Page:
When one of my sons was really small, I asked him where he got his ideas from. “My mouth,” was his reply. It’s a common question for writers and sometimes I think, when I am asked, I should simply adopt my son’s answer.
It is an intriguing question, though, and the answers are no less interesting. After something big happens, people will often turn to the nearest writer and say, “You should write about that!” or “That would make a great book, wouldn’t it?”
But, the real story of inspiration is not dissimilar to human conception, really. The right seed has to hit the right place at the right time for a story to grow. At any other moment, perhaps it would be another seed or another story. I remember reading a novel called The Well of Lost Plots. Maybe there really is such a place out there — a resting place for all the stories that might have been told. I know that I’ve been stumped by stories that hit too close to home and those that felt too foreign for me to tell them.
Inspiration really is a delicate balancing act between familiarity and curiosity. I need to have something accessible about the main character in particular, some means of identifying with him or her, to be able to get inside his or her head. At the same time, the story can’t simply be my own– or frankly, I’d be bored in the telling of it. Often what captivates me in the course of writing a book is what I learn — both on an informational level and on an emotional level — but at the same time, I do think there is something about writing about what you know.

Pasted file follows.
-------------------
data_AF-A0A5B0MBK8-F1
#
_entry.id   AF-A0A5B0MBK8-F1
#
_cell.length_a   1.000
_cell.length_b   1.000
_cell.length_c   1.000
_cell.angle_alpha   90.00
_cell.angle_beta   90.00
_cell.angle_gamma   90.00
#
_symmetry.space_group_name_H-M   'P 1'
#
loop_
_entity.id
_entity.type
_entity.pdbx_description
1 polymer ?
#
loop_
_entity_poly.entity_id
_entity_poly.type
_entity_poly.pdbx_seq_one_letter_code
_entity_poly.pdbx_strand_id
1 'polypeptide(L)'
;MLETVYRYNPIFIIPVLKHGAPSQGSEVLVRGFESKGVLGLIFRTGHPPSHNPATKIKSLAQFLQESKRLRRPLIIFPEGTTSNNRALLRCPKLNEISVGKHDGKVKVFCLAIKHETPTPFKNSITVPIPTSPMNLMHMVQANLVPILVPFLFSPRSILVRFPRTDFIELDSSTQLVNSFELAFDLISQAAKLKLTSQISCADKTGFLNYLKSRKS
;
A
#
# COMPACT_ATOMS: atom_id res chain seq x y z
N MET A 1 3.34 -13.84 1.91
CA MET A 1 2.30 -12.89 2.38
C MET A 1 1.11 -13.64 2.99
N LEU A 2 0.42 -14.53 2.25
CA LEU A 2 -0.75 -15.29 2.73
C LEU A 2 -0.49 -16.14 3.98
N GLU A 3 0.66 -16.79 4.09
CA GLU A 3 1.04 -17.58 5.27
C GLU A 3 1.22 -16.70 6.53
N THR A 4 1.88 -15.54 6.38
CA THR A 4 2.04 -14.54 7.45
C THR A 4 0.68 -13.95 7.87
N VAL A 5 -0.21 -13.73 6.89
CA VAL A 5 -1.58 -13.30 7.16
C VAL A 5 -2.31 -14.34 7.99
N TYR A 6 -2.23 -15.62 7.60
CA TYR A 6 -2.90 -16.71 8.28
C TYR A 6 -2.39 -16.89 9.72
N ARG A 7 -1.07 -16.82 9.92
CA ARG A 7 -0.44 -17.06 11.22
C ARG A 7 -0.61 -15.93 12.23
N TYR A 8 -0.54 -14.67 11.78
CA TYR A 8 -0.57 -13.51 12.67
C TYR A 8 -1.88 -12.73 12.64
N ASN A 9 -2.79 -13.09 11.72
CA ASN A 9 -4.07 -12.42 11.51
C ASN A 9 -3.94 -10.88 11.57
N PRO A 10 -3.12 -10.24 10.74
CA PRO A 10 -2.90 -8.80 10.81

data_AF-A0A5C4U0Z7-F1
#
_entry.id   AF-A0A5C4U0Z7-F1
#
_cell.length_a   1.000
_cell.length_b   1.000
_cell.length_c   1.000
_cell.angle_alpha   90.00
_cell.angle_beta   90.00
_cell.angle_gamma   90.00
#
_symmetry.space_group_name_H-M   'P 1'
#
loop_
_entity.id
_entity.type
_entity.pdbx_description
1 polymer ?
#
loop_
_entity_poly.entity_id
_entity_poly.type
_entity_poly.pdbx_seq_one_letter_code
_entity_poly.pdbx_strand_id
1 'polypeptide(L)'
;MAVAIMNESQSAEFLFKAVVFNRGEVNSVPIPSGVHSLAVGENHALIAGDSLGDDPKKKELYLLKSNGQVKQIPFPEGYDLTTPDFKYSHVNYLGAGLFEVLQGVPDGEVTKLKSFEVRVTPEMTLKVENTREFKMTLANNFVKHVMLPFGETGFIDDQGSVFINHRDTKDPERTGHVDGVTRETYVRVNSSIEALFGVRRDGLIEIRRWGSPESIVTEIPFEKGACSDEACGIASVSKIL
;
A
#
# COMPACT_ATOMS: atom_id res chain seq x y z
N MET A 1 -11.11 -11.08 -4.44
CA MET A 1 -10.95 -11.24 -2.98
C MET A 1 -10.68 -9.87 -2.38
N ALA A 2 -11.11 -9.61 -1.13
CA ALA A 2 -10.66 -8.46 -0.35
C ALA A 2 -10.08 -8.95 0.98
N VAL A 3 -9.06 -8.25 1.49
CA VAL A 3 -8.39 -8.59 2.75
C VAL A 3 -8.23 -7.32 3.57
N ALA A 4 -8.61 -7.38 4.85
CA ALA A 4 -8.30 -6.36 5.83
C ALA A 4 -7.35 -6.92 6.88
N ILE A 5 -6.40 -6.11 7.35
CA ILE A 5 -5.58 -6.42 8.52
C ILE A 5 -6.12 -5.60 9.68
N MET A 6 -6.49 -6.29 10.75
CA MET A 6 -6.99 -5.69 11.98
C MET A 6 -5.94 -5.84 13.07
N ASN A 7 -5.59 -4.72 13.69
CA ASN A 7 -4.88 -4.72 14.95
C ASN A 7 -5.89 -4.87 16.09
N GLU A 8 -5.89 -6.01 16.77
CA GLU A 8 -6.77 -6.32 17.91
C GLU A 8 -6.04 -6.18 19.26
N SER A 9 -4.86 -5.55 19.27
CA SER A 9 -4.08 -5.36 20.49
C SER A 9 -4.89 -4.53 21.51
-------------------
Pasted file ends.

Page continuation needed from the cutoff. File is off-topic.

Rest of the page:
I think one of the reasons I don’t tend to write the stories that people say would make great books is that I feel like those stories are already clear: we see them as great tales because we can see the whole story at once, the villain, the hero, the crisis and the inevitable ending. I think those stories are good ones but they are, in a sense, already told.
To me, it’s actually better if a story offers a kind of alternate reality, a certain element of “What If…?” where we don’t know what will happen. We were once invited to drop everything and move to a remote community we were visiting. We said no, of course, but the idea stayed with me: what if we had said yes? who would say yes? what would happen if he did? I didn’t know and I wondered and wrote that story through three novels and nine years.
Sometimes there is an image or a sound or a smell that becomes indelible on the imagination. I might hear a snippet of news on the radio or learn a fascinating fact and, as Blake would say, “see the world in a grain of sand.”
There’s an element of fascination, with trying things on for size. Sometimes there’s therapy and preventative therapy: as my friend Erin says, “We write the stories we will need.” I wrote a book about a woman who was suddenly widowed, although I hope I will never need its lessons firsthand.
A good writer creates a world which, even if it is very similar to our own world, has its own rules and boundaries, joys and sorrows, characters and histories. The world has to work, first and foremost, for the writer who will live in it for months and years at a time. It has to be a place the writer is willing and interested in visiting, revisiting and even inhabiting. By the time I was through with writing about the fictionalized remote community, I realized that I loved the pretend version much more than the real one.
So, now for the contest. As we speak, copies of Seekers of Stars are wending their way toward my home for me to send out to contest winners. Many of the copies are already spoken for, but I would like to offer an opportunity for you to receive a copy. Here’s how you can win: Tell me in the comments below about your inspiration for your creativity. We will pick a winner at random on Tuesday December 17 and will send a copy of the book to that person. It’s as simple as that. (Please pass the word along to other people too. Thanks!)